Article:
DoJ indicts Iranian hackers for stealing data from 144 US universities

In all, 320 universities around the world were attacked and the 31.5 terabytes of stolen data was sold for profit in Iran.

Deputy US Attorney General Rod Rosenstein on Friday announced a series of indictments and financial sanctions against Iranian individuals and one designated Iranian entity for cyber activity against the United States.

Officials with the US Department of Justice and the US Department of the Treasury's Office of Foreign Assets Control said they've determined that nine Iranians, in cooperation with the Islamic Revolutionary Guard Corps, the Iranian hacker network the Mabna Institute and the Iranian government, hacked computer systems of 144 US universities.

In all, 320 universities around the world were attacked along with several US government entities, including the Department of Labor, United Nations, and the Federal Energy Regulatory Commission.

The 31.5 terabytes of stolen data, which included academic data and intellectual property, was sold for profit in Iran in what the DoJ characterized as "one of the largest state-sponsored hacking campaigns ever prosecuted by the Department of Justice."

Read more: A massive cyberattack is hitting organizations around the world | 'Russian military behind NotPetya attacks': UK officially names and shames Kremlin | Petya ransomware: Cyberattack costs could hit $300m for shipping giant Maersk | Everything you need to know: Ransomware: An executive guide to one of the biggest menaces on the web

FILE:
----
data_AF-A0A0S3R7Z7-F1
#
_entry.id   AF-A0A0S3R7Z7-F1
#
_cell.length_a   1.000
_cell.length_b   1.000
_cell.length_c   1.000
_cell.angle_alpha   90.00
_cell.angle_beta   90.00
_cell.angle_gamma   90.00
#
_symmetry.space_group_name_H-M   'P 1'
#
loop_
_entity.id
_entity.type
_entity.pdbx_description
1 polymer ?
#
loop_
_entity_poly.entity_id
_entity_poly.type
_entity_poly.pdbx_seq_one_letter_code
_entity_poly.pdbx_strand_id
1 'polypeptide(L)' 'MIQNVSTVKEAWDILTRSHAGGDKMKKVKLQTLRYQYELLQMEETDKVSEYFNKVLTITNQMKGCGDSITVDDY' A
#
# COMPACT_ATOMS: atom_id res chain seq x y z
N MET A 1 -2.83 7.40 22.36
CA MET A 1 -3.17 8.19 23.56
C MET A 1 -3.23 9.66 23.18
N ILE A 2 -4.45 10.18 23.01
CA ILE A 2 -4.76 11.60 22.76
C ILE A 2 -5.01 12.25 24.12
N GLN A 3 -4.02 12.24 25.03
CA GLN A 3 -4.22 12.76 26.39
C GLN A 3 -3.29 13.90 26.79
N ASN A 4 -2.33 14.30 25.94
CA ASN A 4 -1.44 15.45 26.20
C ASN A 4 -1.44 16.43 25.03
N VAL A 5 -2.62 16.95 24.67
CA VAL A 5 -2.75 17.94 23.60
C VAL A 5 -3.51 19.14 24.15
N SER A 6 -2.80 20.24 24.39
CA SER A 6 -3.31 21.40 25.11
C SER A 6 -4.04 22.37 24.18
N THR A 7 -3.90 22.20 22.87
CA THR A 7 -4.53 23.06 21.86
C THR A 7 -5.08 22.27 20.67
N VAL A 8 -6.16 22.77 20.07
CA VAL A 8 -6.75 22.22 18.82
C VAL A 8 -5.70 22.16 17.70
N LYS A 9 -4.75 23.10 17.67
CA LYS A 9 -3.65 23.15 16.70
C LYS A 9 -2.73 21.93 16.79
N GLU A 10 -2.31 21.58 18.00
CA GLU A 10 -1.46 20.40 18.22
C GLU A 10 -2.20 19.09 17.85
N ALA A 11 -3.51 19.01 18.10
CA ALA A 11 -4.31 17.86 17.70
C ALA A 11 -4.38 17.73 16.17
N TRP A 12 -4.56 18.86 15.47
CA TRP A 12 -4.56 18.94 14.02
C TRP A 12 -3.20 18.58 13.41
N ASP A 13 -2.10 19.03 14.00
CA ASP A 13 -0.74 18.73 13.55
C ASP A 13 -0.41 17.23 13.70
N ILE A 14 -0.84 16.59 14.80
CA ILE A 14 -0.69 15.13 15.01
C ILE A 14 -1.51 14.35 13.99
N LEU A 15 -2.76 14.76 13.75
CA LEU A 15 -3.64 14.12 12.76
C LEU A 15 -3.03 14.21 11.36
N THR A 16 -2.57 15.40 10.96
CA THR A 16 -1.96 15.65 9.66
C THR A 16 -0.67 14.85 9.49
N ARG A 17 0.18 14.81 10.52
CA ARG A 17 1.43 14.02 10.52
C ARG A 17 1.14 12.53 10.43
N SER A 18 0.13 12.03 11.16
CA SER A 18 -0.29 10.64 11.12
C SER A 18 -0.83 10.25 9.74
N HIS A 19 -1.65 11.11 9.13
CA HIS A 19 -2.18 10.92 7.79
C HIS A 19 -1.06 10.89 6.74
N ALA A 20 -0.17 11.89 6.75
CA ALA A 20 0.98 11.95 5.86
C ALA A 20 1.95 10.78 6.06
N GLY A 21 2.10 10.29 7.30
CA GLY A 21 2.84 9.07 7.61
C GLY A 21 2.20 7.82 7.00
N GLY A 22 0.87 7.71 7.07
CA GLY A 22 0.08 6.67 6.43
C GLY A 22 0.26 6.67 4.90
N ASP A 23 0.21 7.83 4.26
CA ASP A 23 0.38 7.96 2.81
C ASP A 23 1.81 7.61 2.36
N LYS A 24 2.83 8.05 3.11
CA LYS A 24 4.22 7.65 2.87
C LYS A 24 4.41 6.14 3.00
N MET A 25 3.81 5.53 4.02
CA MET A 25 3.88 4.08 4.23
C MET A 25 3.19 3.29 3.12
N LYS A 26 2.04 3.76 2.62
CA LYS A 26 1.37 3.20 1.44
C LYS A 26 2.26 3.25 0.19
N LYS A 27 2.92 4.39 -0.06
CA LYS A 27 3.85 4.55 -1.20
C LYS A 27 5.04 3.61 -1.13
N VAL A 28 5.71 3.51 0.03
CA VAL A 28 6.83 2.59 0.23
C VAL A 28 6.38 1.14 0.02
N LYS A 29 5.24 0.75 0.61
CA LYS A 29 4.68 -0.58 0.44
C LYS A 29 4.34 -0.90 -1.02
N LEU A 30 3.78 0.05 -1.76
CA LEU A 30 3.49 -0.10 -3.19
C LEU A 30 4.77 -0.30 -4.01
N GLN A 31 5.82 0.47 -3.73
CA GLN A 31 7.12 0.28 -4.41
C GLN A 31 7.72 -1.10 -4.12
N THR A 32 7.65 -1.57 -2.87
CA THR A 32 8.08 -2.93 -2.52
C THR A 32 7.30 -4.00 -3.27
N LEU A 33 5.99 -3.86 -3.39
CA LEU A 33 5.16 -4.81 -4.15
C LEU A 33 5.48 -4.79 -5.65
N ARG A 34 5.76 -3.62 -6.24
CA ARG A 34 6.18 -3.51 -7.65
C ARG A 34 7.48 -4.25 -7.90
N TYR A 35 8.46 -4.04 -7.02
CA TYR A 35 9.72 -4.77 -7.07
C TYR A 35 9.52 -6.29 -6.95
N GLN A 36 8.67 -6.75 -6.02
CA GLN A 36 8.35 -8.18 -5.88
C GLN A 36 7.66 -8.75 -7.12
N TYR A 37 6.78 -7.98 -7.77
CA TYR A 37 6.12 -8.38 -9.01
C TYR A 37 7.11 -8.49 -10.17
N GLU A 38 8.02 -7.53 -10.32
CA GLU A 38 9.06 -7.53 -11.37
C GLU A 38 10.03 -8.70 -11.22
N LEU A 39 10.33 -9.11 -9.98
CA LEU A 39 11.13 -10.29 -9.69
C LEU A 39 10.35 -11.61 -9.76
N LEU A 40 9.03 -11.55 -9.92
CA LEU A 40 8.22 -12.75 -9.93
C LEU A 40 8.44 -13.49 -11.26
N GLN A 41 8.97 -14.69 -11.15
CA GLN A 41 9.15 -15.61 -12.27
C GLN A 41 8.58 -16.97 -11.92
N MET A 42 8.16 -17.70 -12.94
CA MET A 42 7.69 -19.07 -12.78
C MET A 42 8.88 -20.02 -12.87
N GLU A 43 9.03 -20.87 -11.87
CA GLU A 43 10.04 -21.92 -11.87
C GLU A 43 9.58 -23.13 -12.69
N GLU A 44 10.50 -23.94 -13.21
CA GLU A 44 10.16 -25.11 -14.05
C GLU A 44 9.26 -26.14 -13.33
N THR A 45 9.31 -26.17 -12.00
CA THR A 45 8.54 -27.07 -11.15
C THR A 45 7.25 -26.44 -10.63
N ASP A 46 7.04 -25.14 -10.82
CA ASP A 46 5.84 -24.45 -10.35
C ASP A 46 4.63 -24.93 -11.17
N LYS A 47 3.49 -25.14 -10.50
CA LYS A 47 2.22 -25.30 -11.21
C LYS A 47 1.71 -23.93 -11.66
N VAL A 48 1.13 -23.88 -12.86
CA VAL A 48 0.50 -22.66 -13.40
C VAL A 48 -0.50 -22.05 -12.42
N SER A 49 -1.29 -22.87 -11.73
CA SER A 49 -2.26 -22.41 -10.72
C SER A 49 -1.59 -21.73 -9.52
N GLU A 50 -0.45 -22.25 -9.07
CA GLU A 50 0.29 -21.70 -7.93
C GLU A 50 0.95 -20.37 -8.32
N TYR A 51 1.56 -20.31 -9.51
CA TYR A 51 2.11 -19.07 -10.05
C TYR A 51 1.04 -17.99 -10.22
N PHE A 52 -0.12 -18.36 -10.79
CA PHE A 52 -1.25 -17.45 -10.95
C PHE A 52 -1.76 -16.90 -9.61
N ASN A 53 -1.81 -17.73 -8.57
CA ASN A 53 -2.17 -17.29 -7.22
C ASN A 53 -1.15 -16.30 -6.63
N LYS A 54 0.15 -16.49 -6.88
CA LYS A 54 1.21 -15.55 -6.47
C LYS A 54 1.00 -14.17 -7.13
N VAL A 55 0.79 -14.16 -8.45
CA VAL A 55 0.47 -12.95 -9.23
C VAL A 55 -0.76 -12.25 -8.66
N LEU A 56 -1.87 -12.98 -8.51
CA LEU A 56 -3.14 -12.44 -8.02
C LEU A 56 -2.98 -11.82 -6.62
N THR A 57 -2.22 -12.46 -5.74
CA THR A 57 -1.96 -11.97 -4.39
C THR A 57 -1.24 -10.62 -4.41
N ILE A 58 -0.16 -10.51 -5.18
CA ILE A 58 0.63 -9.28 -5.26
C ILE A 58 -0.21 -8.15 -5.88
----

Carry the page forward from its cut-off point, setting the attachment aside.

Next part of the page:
"The events described in this indictment highlight the need for universities and other organizations to emphasize cyber security, increase threat awareness, and harden their computer networks," Rosenstein said. "The second important point is that our work on this case is critically important because it will disrupt the criminal operations of the Mabna Institute and deter similar crimes by others."

Read more: Google: Russian groups did use our ads and YouTube to influence 2016 elections| How a digital Cold War with Russia threatens the IT industry | Four things we learned when Facebook, Google, Twitter testified in Russia inquiry | Twitter says 50,000 Russia-linked accounts tweeted during 2016 US presidential election

Officials have not yet disclosed the names of the universities that were attacked. Officials said the hackers gained access to university databases and library systems by using stolen login credentials belonging to university professors.

The FBI is working with partners in the private sector to share information regarding the vulnerabilities targeted and the intrusion vectors used by the Mabna Institute.

The indictments include computer fraud, wire fraud, conspiracy and identity theft. As for the financial sanctions, the Treasury Department says it has blocked transactions of any and all property belonging to those charged, subject to US jurisdiction.

Officials believe the alleged hackers are still in Iran and out of reach of US law enforcement.

The UK's National Cyber Security Centre issued a statement welcoming the US indictments and warned that the "UK and its allies will respond collectively to criminal cyber activity that undermines economic prosperity."

Newsletters

You have been successfully signed up. To sign up for more newsletters or to manage your account, visit the Newsletter Subscription Center.
See All
See All